Back in the mid-'60s, being a rock musician wasn't a career in middle America. It was a hobby for me. We loved the Beatles and the Stones and Hendrix, but nobody thought you could do that.

I was in bands in high school. I was a classical accordion player from ages five to fourteen, I picked up the guitar as a hobby, my brother Tommy gave me some lessons and we just played Beatles and Stones songs for fun. It was the time of the British Invasion, and through that I discovered Stax, Volt, Muddy Waters, Howlin' Wolf, Little Richard, the whole lot.

But when I was sixteen, I saw the Who and the Jimi Hendrix Experience on the same night at two different venues, and I was kind of possessed by an uncomfortable notion — that I should try to be a rock musician. 

Fast-forward a year later. I'm seventeen, I have my band, Grin, I have original songs I've written. We were trying to find a record deal, but we struck out in New York. We're getting good live, but nobody really knows us outside of the D.C. area — and I realize I know nothing about the music business. So I'd sneak backstage and ask advice anywhere and everywhere I could, more out of fear than courage. I was nervous, because I knew nothing about the business.

But Neil Young, at the Cellar Door in D.C., was kind enough to spend two days and nights with me, let me watch four shows. We became friends, he looked at my songs, he let me play them on his Martin before his show the first night. And we had already decided to go to L.A. He said, "Look me up when you get there," and we did, and true to his word, he took us under his wing, turned us onto [producer] David Briggs, who moved me into his home in Topanga Canyon, We became the house band, and Neil would jam with us. Initially, he said, "You guys are really good, but you've got to get a better bass player," and we did.

There were a couple of rocky years of up and downs while we were finding our way with David Briggs, who produced four Grin albums. But when I was eighteen, living in Topanga, Neil asked me to play on the After the Gold Rush album. I got to play the piano, play the guitar and sing, which for an eighteen-year-old was a huge opportunity.

Did you realize how huge an opportunity it was at that time? Or were you so young that you didn't really comprehend it until later?

I didn't project it as some landmark record. I just knew that David Briggs and Neil were like older brothers to me. I was amazed and grateful they were in my corner and tried to help where they could. Of course, David was a hands-on producer, and my landlord — my best friend, who moved me into his home. And he really helped us cut our teeth and avoid a lot of mistakes we'd already made some of as a young band trying to find a deal.

The two of them were invaluable. We lost David in the '90s, but certainly they were my two of my greatest mentors of many over the last fifty years, and I'm forever grateful. And of course, as Grin was making records, Danny Whitten of Crazy Horse, we became dear friends through Neil, and we made the first Crazy Horse album to give them an identity. It featured Danny Whitten, but Ry Cooder guested on great bottleneck acoustic and electric, and Jack Nitsche joined the band as a keyboard player and our producer. That was a great chapter, and that led to the Tonight's the Night album and tour with Neil, and in the '80s, we did the Trans album and tour, and in the '90s, we did MTV Unplugged. So it started a long, beautiful history and led to many other chapters.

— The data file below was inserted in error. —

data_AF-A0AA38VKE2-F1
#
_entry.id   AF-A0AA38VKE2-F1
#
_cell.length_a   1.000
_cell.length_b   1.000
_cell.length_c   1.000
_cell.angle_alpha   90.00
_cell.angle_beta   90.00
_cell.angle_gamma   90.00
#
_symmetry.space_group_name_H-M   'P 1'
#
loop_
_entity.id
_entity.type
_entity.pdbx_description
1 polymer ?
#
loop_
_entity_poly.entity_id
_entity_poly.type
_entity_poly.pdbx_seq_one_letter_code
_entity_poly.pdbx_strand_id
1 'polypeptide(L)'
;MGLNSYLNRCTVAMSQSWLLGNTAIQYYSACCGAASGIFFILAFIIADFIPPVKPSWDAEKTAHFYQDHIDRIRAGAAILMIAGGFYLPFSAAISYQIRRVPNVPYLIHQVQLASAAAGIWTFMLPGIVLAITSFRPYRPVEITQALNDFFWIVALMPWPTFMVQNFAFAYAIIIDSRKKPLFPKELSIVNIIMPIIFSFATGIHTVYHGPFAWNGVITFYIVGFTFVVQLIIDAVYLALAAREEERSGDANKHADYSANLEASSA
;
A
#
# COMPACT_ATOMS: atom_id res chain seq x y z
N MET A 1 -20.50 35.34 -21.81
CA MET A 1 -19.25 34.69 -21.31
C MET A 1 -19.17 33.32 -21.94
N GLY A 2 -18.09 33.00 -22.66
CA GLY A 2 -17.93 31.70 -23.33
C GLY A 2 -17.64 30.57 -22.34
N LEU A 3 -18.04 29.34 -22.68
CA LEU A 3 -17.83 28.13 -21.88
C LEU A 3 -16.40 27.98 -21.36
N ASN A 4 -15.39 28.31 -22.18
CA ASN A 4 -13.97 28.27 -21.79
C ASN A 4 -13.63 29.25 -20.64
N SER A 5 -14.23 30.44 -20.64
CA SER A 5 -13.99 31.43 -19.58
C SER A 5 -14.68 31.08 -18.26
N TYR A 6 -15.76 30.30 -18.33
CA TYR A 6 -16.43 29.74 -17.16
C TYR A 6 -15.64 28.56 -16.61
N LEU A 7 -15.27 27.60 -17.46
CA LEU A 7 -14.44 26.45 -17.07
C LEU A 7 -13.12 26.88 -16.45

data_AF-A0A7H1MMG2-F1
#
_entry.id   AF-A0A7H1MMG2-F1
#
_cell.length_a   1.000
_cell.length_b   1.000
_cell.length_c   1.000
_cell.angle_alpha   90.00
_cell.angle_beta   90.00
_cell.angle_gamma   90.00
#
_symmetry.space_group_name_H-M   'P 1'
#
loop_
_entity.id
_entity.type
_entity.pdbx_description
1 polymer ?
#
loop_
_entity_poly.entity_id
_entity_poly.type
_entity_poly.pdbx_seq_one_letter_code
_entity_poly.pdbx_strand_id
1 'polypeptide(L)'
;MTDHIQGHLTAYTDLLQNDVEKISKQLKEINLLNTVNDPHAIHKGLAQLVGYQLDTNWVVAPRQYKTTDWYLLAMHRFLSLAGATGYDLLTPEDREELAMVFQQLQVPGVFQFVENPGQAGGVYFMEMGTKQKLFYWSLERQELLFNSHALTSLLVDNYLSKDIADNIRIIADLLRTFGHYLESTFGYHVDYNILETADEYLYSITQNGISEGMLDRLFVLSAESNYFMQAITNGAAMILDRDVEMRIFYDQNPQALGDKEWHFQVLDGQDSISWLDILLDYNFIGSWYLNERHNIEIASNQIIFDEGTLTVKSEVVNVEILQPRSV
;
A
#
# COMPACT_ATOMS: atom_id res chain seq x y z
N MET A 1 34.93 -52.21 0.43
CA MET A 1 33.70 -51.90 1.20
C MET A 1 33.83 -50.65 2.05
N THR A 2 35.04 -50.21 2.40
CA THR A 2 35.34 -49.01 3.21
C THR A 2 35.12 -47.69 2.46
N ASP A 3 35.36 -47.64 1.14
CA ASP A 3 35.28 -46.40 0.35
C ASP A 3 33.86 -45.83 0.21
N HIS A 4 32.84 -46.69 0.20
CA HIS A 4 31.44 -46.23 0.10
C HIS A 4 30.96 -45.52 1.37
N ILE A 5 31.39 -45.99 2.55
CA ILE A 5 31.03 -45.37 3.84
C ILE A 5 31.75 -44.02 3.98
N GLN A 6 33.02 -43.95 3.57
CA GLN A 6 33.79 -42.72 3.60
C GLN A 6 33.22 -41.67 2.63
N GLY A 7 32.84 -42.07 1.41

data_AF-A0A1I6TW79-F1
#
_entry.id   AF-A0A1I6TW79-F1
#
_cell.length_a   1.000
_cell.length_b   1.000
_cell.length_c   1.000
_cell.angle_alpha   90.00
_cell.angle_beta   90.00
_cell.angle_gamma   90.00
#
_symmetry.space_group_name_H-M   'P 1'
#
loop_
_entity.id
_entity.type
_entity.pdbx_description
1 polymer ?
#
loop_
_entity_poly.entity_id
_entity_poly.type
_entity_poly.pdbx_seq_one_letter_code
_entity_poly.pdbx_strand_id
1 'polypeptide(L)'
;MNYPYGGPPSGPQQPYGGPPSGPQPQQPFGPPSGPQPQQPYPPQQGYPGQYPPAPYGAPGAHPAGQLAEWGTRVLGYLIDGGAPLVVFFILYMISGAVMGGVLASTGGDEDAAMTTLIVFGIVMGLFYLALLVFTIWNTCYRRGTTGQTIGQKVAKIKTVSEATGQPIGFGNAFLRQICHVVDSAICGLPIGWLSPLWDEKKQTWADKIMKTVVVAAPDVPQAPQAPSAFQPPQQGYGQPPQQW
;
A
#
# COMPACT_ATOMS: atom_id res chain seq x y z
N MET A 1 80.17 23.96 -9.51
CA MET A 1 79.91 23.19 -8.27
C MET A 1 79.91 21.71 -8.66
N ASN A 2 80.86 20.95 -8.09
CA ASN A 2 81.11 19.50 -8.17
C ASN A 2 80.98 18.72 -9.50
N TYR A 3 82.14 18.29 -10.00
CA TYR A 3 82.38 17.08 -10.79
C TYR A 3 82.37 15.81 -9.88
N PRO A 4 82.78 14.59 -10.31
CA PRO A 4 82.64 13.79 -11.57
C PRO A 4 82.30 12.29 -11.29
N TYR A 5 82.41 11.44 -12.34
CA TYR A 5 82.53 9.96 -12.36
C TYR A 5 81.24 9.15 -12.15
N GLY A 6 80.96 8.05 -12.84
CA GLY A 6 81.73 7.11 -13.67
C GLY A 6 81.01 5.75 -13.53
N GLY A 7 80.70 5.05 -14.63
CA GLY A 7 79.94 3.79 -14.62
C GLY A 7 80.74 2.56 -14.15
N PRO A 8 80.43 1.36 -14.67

On the box set, we have six or seven old Grin songs that no one ever heard. We found them and baked the tapes and finished them up. And there are a lot of rarities and unreleased demos and basement tracks. On the Tonight's the Night tour in '73 with Neil, after we recorded that album, an all-live album in the studio, very dark and rough, I wrote "Keith, Don't Go," which is a kind of thank-you note to the great Keith Richards, with ominous overtones in the music, saying, "Hey, stick around. We need you."

And he did. I don't think anybody would have figured he'd still be around in 2016, but he is....

I don't think that had anything to do with me [laughs], but I know I spoke for millions of fans who loved Keith and still do and are grateful he's still here and sharing his gifts. Meanwhile, shortly after we got back to the States, Grin opened for the Tonight's the Night band, and shortly after that, we were in a recording session in Virginia with Grin and David Briggs, and Neil was passing through town and David got Neil down to play piano and sing on "Keith, Don't Go," which was a never-heard version we fortunately found and finished off in the same studio where we recorded it with Bob Dawson, our engineer — and Neil approved us using it. There are just a lot of great bonus tracks and rarities that I never thought would see the light of day. So of course, through this box set and the live album, I was deep into getting my own career fired up. I'm very proud of it.

I've been kind of a free agent, doing things in grassroots form. But every once in a while, I get these great blessings to go out with other people. I did a couple of Ringo Starr All-Star Bands and many chapters with Neil Young, a couple of great bands with Patti Scialfa, and of course, the E-Street Band. I'm coming up on my 32nd year this May and probably well over a thousand shows at this point. And unexpectedly, we have this beautiful chapter playing The River, and I know we're headed to Denver, which is a fabulous rock town. The audiences there have always been spectacular, so I'm excited about that.

Continue for more of our interview with Nils Lofgren, featuring more photos and videos.